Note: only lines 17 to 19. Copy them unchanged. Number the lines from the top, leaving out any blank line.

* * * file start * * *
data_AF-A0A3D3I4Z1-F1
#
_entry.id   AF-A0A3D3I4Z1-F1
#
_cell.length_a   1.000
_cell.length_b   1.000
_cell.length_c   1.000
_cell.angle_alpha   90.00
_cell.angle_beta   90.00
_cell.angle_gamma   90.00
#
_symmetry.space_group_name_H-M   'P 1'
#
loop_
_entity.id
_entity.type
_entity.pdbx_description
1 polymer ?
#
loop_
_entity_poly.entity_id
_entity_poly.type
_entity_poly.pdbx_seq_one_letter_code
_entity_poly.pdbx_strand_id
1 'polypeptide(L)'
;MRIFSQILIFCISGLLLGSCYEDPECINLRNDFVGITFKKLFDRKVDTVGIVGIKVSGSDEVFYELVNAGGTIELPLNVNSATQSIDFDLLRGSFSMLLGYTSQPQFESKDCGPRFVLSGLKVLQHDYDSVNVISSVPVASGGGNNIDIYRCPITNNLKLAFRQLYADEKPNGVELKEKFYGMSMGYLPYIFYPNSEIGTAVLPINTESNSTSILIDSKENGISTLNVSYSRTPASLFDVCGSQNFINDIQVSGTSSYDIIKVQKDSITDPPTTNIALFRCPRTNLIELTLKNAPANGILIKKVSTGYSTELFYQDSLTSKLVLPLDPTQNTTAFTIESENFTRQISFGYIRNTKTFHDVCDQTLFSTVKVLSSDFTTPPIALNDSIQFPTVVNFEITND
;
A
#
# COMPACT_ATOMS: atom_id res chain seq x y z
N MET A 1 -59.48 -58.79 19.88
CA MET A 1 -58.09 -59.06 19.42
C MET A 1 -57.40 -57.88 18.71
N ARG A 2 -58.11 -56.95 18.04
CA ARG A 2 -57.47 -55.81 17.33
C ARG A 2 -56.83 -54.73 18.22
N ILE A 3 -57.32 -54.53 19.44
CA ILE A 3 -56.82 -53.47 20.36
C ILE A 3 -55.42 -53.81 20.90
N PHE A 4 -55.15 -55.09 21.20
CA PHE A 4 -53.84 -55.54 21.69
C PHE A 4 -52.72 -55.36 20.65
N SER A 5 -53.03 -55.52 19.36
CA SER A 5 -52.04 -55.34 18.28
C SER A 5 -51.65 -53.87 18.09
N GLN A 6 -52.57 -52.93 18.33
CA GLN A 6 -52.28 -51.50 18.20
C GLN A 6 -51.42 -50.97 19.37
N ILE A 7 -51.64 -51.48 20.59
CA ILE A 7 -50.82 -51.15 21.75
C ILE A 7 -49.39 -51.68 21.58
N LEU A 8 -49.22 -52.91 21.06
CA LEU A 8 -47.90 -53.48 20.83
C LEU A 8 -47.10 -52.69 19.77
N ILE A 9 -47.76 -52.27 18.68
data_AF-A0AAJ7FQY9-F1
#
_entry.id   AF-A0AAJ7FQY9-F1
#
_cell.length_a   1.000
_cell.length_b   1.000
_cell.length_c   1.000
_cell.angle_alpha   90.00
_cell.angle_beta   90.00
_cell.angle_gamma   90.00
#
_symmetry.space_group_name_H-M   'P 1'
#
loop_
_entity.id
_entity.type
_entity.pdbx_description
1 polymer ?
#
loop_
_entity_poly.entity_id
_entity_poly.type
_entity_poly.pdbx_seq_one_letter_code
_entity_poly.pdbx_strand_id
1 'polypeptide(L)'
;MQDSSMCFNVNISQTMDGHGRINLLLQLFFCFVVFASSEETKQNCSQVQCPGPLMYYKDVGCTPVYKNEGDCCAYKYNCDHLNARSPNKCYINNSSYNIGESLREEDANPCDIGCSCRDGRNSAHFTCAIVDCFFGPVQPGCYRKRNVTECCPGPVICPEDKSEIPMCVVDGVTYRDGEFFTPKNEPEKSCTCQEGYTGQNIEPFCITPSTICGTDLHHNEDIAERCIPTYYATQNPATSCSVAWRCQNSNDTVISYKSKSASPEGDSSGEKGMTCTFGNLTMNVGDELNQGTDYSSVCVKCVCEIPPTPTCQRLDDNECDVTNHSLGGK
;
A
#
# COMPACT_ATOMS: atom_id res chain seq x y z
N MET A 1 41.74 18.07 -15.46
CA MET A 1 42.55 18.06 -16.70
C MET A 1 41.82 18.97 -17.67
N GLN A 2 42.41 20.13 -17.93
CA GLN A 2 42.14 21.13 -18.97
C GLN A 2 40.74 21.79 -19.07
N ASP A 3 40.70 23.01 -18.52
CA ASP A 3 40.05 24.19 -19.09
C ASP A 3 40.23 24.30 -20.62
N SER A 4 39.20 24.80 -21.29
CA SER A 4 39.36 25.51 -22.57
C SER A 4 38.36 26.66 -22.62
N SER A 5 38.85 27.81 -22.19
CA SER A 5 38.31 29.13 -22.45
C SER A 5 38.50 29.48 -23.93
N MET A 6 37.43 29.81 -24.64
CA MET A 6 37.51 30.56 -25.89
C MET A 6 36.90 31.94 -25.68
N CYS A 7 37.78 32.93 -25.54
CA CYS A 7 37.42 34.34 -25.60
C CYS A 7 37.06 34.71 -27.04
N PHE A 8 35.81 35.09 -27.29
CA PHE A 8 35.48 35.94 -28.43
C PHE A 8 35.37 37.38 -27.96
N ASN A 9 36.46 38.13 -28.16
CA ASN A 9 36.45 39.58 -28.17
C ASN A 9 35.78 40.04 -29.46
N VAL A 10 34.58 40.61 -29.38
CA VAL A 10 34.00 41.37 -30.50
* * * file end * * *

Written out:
_entity.pdbx_description
1 polymer ?
#